Assume Tarzan knows no words and therefore cannot express beliefs propositionally.

Given your definition of knowledge, why can’t Tarzan possess knowledge as easy as 1,2,3?

For instance:

1. Tarzan believes there is a vine in front of him.

2. It is true there is a vine in front of him.

3. Tarzan’s cognitive faculties are functioning properly in a suitable environment that is sufficiently similar to the one for which God created his cognitive faculties... (and all the rest you require for warrant).

If you agree that Tarzan can know without propositional expression, then the question about love is either the same sort of thing or else it’s a matter of defying propositional construction. If the latter, then it has nothing to do with the inability to express it.
 

TylerRay

Puritan Board Graduate
If they can't express it, they don't know it. They may have the affection without knowing it.

Tarzan needn’t be able to express his knowledge for him to possess knowledge.

You’ve defined knowledge as “warranted, true belief.”

Assume Tarzan knows no words and therefore cannot express beliefs propositionally.

Given your definition of knowledge, why can’t Tarzan possess knowledge as easy as 1,2,3?

For instance:

1. Tarzan believes there is a vine in front of him.

2. It is true there is a vine in front of him.

3. Tarzan’s cognitive faculties are functioning properly in a suitable environment that is sufficiently similar to the one for which God created his cognitive faculties... (and all the rest you require for warrant).

If you agree that Tarzan can know without propositional expression, then the question about love is either the same sort of thing or else it’s a matter of defying propositional construction. If the latter, then it has nothing to do with the inability to express it.
Your Tarzan doesn't sound like any real human being. Every human being whose cognitive faculties function properly uses language.

I'm not saying, by the way, that knowledge is identical to propositions. I'm saying that it can be reduced to propositions. When I see my wife, and know she's in front of me, I don't typically think to myself (propositionally), "My wife is in front of me." However, my knowledge that she is in front of me can be reduced to the proposition, "My wife is in front of me." Looking back at my posts, I see I haven't been nearly as clear on that point as I could have been.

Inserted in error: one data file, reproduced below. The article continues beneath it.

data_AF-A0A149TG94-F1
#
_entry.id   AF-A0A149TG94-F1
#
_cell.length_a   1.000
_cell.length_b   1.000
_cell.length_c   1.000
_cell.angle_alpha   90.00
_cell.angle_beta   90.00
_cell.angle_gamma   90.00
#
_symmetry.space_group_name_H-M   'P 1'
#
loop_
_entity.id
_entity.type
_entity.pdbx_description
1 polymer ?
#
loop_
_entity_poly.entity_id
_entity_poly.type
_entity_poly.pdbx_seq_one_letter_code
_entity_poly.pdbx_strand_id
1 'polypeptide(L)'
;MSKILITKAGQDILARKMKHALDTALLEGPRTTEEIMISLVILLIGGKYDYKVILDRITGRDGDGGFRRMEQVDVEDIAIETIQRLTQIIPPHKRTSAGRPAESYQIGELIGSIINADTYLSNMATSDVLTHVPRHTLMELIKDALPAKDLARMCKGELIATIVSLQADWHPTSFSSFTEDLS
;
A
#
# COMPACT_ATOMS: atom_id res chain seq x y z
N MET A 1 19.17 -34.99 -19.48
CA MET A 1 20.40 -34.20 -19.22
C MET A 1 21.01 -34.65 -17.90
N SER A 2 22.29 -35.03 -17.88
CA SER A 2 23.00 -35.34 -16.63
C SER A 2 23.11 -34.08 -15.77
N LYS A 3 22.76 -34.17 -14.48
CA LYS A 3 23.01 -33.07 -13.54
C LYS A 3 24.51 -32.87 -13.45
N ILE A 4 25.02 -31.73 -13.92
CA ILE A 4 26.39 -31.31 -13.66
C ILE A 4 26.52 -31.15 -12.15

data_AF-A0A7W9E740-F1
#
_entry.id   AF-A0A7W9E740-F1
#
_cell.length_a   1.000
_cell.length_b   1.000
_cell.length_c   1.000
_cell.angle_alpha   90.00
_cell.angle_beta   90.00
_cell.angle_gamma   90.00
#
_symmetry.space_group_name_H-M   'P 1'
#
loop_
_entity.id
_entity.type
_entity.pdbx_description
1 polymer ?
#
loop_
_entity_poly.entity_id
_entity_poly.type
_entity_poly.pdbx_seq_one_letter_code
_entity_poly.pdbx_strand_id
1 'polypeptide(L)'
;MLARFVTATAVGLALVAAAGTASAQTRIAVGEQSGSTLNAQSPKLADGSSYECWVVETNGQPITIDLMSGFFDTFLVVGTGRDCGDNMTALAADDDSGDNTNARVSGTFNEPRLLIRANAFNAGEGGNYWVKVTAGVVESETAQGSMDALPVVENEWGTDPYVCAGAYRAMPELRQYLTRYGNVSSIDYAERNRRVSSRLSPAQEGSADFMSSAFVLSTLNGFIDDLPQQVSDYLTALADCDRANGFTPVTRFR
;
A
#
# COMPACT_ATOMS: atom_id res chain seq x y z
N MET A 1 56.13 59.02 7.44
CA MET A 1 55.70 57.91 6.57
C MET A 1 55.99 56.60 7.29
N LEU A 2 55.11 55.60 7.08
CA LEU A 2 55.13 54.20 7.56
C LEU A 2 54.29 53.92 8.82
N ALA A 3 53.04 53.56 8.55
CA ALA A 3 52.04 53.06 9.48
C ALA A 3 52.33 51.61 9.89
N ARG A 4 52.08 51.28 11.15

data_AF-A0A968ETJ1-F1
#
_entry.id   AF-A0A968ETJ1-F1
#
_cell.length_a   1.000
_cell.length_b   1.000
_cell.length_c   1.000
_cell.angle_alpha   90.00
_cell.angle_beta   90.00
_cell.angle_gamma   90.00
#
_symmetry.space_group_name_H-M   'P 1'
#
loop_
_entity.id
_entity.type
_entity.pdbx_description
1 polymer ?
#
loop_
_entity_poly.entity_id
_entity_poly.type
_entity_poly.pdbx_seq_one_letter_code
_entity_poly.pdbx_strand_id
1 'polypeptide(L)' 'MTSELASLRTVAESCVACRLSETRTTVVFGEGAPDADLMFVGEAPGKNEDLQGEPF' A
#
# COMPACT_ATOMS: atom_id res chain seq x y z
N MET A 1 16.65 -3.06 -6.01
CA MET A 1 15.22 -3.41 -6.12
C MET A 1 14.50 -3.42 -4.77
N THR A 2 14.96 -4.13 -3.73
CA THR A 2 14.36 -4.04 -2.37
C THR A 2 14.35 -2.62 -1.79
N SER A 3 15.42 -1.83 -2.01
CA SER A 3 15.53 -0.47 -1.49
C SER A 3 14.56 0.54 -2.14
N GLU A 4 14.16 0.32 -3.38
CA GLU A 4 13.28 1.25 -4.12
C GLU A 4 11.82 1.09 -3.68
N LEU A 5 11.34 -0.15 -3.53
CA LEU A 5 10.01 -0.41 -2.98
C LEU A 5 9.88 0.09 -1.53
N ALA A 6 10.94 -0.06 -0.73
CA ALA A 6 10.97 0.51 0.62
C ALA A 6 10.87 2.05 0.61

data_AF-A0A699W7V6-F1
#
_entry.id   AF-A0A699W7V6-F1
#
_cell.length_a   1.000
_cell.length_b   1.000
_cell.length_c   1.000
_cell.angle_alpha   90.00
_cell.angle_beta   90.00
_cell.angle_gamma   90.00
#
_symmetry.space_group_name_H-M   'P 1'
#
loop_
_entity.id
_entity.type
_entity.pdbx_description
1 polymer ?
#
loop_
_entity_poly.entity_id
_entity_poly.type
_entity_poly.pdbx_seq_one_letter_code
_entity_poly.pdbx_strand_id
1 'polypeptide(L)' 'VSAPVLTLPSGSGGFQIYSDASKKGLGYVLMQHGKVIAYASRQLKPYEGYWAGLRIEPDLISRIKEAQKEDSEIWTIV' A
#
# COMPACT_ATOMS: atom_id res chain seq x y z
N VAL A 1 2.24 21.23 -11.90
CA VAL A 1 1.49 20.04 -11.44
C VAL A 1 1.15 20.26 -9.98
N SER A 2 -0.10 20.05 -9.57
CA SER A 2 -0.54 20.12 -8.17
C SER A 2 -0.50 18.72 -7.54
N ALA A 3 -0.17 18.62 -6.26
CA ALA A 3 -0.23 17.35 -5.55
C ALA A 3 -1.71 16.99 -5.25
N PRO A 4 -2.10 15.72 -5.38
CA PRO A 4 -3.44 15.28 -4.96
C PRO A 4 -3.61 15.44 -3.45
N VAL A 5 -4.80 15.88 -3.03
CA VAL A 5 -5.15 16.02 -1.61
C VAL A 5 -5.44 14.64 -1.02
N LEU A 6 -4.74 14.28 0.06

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RWD

Puritan Board Sophomore
Your Tarzan doesn't sound like any real human being. Every human being whose cognitive faculties function properly uses language.

I'm not saying, by the way, that knowledge is identical to propositions. I'm saying that it can be reduced to propositions. When I see my wife, and know she's in front of me, I don't typically think to myself (propositionally), "My wife is in front of me." However, my knowledge that she is in front of me can be reduced to the proposition, "My wife is in front of me."
Your Tarzan doesn't sound like any real human being. Every human being whose cognitive faculties function properly uses language.

Firstly, you don’t know that to be true. Secondly, even if you did there are possible worlds in which the Tarzan scenario is true. Therefore, it warrants your attention given the claim that one cannot know without being able to express. Thirdly, even if all whose cognitive faculties function use language, that doesn’t prove that language-expression of knowledge is a necessary condition for knowledge. (False disjunction.) Lastly, humans must use language before knowing? Tabula Rasa / Blank Slate? No a priori knowledge? How do babies come to know language?
 

Unique Name

Puritan Board Freshman
My point is that knowledge is warranted/justified, true belief. We know things, in the proper sense of the term, propositionally, either through the intellect alone, or through the intellect working with the senses. My knowledge of cups, men, and God consists of sets of warranted, true beliefs (propositions). I know them the same way, even though they are different things.
What about the gettier cases?
 

jwright82

Puritan Board Graduate
Back to basics. How do you define knowledge? I define it as warranted, true belief.